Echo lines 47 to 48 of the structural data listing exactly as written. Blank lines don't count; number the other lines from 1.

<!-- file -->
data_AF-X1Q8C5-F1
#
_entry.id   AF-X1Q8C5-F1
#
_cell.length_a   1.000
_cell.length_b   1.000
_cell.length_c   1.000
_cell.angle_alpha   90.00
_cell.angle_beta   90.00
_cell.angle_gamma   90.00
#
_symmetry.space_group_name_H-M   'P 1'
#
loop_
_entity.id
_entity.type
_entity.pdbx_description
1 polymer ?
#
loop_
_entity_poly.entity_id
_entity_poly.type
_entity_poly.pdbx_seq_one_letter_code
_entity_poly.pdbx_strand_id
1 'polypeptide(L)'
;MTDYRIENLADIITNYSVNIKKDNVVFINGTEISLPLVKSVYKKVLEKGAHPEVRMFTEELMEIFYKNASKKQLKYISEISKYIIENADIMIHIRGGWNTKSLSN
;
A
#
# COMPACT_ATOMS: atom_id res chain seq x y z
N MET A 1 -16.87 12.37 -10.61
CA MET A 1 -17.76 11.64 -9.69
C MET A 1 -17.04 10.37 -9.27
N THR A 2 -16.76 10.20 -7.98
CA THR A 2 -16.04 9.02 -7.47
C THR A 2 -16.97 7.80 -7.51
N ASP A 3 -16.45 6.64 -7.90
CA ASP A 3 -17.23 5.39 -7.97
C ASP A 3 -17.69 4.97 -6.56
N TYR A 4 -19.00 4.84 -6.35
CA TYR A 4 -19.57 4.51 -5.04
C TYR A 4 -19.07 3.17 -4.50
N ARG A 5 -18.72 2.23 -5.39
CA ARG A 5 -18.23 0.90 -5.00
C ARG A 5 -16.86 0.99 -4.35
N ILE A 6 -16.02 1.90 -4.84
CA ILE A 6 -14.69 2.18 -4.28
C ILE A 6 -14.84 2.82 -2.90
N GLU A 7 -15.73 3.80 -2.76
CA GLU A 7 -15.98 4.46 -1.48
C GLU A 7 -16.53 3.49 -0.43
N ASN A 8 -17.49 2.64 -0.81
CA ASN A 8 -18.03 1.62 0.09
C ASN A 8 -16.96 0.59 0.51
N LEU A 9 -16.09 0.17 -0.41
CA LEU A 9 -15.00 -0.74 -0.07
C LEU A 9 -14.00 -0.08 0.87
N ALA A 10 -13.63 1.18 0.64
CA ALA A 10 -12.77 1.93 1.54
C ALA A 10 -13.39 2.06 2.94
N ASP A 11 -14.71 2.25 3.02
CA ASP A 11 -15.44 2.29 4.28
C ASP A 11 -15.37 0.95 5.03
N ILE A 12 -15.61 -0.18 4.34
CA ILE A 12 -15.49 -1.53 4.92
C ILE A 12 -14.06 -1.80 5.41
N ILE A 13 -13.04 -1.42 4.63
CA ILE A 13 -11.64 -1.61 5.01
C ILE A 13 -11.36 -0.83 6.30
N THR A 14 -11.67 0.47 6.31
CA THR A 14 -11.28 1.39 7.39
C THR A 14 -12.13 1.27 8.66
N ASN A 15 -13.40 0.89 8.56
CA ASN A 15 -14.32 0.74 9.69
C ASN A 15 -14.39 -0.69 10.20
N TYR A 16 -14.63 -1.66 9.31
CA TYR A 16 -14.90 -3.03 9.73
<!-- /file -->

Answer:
CA ILE A 6 -14.69 2.18 -4.28
C ILE A 6 -14.84 2.82 -2.90